Our defilements have conditioned us to look at the positive and overlook the negative, so extra effort is required to break this deeply ingrained habitual tendency.

If a person is sick with a deadly but curable virus, optimism may kill that person. That person should be realist, admit the problem in its full extend and take the medicine. If that person is too optimistic, he may deny the fact that s/he is sick, or deny the danger of the virus, or deny the need for urgent intervention.

Same is with Buddhism. The virus is craving, the cure is path outlined by the Buddha.


With metta,

Alex
I was not; I was; I am not; I do not care."
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Re: Body contemplation

Postby ground » Wed Mar 02, 2011 4:03 am

Alex123 wrote:While most ordinary people know about impermanence, they prefer to focus on desire-producing ideas and simply ignore "the negative".
...
Our defilements have conditioned us to look at the positive and overlook the negative, so extra effort is required to break this deeply ingrained habitual tendency.

While an alleged "negative" may be an appropriate antidot to counter attachment to an alleged "positive" actually the habitual defilement is the perception of "either 'negative' or 'positive'".


Kind regards
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Re: Body contemplation

Postby Dan74 » Wed Mar 02, 2011 4:13 am

For quite some years I had a similar reaction to these teachings like Jhana - not inspiring.

I see it a bit differently now and I try to slowly incorporate these teachings into my practice. To me it's a question of being appropriate for the audience depending where they are in their lives..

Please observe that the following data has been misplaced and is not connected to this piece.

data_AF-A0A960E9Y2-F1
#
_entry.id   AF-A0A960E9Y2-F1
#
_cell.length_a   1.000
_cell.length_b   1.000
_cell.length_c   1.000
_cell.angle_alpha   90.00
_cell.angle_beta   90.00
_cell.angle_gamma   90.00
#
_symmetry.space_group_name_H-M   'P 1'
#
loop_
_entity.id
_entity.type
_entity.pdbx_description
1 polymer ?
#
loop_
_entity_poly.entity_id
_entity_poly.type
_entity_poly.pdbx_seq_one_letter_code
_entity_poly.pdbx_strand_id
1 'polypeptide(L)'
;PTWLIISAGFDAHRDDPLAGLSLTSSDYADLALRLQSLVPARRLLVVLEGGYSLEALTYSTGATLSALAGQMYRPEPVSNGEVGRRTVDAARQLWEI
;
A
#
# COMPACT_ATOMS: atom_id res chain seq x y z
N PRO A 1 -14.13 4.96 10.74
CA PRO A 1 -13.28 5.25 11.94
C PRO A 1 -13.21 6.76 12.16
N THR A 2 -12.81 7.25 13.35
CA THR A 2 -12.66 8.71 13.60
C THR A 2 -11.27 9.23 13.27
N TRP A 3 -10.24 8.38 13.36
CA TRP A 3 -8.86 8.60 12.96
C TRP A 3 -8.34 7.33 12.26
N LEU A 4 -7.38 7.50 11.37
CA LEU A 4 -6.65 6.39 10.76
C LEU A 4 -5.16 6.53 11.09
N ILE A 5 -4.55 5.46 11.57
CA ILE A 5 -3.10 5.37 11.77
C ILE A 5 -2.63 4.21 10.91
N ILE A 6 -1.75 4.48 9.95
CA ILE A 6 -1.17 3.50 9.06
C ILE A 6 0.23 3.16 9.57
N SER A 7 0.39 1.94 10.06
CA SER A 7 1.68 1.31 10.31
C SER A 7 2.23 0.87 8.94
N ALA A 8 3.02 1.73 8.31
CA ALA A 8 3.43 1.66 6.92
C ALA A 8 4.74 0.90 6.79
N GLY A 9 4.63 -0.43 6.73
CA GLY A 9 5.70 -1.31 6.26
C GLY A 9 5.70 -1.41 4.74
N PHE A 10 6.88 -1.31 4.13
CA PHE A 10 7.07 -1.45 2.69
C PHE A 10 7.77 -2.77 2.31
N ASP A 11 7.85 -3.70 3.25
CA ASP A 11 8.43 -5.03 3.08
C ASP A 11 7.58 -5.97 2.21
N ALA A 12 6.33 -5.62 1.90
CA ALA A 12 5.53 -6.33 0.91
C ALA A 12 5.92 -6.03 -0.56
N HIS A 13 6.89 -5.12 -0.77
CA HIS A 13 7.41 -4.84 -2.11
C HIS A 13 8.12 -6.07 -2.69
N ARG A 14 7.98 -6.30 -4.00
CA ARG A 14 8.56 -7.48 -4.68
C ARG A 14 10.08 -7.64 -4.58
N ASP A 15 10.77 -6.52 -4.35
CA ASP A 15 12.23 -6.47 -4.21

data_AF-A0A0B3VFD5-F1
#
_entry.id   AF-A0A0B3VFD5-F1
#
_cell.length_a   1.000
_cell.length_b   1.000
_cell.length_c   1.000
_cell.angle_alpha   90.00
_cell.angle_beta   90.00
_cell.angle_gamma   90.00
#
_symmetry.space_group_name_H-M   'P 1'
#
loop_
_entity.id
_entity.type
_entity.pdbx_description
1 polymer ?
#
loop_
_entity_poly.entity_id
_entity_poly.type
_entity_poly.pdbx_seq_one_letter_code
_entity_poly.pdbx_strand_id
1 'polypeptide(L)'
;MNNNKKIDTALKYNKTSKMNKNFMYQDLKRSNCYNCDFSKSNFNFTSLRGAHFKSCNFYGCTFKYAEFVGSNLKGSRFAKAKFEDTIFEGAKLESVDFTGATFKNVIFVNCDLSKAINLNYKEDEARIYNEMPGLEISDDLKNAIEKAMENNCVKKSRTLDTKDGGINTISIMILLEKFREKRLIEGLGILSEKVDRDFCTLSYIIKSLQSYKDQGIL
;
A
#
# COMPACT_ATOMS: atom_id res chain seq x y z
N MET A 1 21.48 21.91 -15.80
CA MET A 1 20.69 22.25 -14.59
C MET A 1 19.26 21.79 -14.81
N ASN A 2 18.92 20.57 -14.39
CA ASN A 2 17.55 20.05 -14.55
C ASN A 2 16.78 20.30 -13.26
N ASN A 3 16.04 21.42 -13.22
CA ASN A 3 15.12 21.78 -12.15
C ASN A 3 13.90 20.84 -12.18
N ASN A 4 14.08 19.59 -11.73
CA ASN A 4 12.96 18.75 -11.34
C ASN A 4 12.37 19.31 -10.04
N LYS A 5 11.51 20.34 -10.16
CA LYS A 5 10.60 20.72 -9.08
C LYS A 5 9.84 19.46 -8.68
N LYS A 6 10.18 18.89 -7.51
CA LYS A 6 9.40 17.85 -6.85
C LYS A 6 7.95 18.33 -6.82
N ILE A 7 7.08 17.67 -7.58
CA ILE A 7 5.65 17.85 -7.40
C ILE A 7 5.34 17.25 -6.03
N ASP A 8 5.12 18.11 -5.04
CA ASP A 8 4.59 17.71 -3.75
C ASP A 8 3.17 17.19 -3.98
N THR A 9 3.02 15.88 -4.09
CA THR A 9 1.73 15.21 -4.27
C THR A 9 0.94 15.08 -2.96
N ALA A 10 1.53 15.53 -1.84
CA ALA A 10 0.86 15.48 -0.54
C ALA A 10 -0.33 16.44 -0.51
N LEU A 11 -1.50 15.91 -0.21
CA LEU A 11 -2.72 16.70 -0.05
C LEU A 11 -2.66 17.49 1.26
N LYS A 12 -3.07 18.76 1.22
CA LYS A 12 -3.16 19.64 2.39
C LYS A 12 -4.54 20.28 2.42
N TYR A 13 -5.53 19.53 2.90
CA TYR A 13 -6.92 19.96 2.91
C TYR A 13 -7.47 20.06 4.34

For example, if I was speaking to a recovering drug addict whose life was in shambles, I would not be extolling the virtues of renunciations and abandoning the dusts of the householder life. Instead I would speak of responsibility and reward, of hard work, discipline and focus. Of the joys of successful career, companionship and family.

But to a householder who has mastered these qualities, it is appropriate to speak of the shortcomings of lay life. Of the suffering brought about by attachment and concern for the worldly.

In the same way I doubt that the teachings on the repulsiveness of the body are properly understood by young people. They are more likely to replace the fetter of desire by the fetter of aversion. Desire can bring with it the practice of responsibility and companionship in the Dhamma with a wise partner. This has been a great gift to many people.

On the other hand observing death and decay as it happens in nature would help develop equanimity around the physical body. Aspects like beauty and ugliness are conditioned and supported by mental habits and conditioning, and yet we have these bodies for a reason. Denying our physicality or developing a negative attitude to it would also shut off one of the most powerful ways to practice - with our bodies, and we would further sink into the real of mental proliferations.
_/|\_
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Re: Body contemplation

Postby A_Martin » Wed Mar 02, 2011 5:38 pm

Alex123 wrote:Hello Venerable A_Martin, Hello Jhana4,


Here are my two cents. While most ordinary people know about impermanence, they prefer to focus on desire-producing ideas and simply ignore "the negative". So they do not use their bad experiences as a stimulus for Buddhist practice, such as development of wholesome states of mind.
Most people are not interesting in developing wholesome states of mind and removing the unwholesome ones.

Buddhist practice aims at realizing what suffering is, removing its cause, realizing cessation (of cause of suffering), and developing the path to the cessation of suffering,

Our defilements have conditioned us to look at the positive and overlook the negative, so extra effort is required to break this deeply ingrained habitual tendency.

If a person is sick with a deadly but curable virus, optimism may kill that person. That person should be realist, admit the problem in its full extend and take the medicine. If that person is too optimistic, he may deny the fact that s/he is sick, or deny the danger of the virus, or deny the need for urgent intervention.

Same is with Buddhism. The virus is craving, the cure is path outlined by the Buddha.


With metta,

Alex

I agree, but I noticed also that this topic is now discussed in three threads. I'll leave it at that. :smile: